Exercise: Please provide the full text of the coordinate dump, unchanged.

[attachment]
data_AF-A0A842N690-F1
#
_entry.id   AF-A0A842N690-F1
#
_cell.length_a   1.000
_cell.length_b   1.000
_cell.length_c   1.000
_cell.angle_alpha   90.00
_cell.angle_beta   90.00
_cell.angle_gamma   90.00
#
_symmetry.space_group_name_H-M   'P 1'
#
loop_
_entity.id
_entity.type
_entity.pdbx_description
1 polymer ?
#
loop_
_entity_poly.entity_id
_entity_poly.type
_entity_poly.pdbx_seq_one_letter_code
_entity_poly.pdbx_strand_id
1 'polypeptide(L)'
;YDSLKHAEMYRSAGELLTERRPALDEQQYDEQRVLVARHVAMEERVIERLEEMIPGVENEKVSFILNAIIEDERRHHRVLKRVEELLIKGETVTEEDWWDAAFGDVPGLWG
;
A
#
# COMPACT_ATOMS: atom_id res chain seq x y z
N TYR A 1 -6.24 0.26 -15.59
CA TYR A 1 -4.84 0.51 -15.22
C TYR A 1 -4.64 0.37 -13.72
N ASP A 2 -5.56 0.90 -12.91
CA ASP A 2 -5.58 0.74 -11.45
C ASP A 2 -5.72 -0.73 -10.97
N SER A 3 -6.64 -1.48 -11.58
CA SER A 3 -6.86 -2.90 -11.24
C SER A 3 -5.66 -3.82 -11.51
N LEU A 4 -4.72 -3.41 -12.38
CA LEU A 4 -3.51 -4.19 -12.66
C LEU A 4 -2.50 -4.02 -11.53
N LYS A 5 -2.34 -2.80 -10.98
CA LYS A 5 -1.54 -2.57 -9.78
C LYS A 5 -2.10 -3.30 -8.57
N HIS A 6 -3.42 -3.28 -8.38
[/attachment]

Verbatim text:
data_AF-A0A842N690-F1
#
_entry.id   AF-A0A842N690-F1
#
_cell.length_a   1.000
_cell.length_b   1.000
_cell.length_c   1.000
_cell.angle_alpha   90.00
_cell.angle_beta   90.00
_cell.angle_gamma   90.00
#
_symmetry.space_group_name_H-M   'P 1'
#
loop_
_entity.id
_entity.type
_entity.pdbx_description
1 polymer ?
#
loop_
_entity_poly.entity_id
_entity_poly.type
_entity_poly.pdbx_seq_one_letter_code
_entity_poly.pdbx_strand_id
1 'polypeptide(L)'
;YDSLKHAEMYRSAGELLTERRPALDEQQYDEQRVLVARHVAMEERVIERLEEMIPGVENEKVSFILNAIIEDERRHHRVLKRVEELLIKGETVTEEDWWDAAFGDVPGLWG
;
A
#
# COMPACT_ATOMS: atom_id res chain seq x y z
N TYR A 1 -6.24 0.26 -15.59
CA TYR A 1 -4.84 0.51 -15.22
C TYR A 1 -4.64 0.37 -13.72
N ASP A 2 -5.56 0.90 -12.91
CA ASP A 2 -5.58 0.74 -11.45
C ASP A 2 -5.72 -0.73 -10.97
N SER A 3 -6.64 -1.48 -11.58
CA SER A 3 -6.86 -2.90 -11.24
C SER A 3 -5.66 -3.82 -11.51
N LEU A 4 -4.72 -3.41 -12.38
CA LEU A 4 -3.51 -4.19 -12.66
C LEU A 4 -2.50 -4.02 -11.53
N LYS A 5 -2.34 -2.80 -10.98
CA LYS A 5 -1.54 -2.57 -9.78
C LYS A 5 -2.10 -3.30 -8.57
N HIS A 6 -3.42 -3.28 -8.38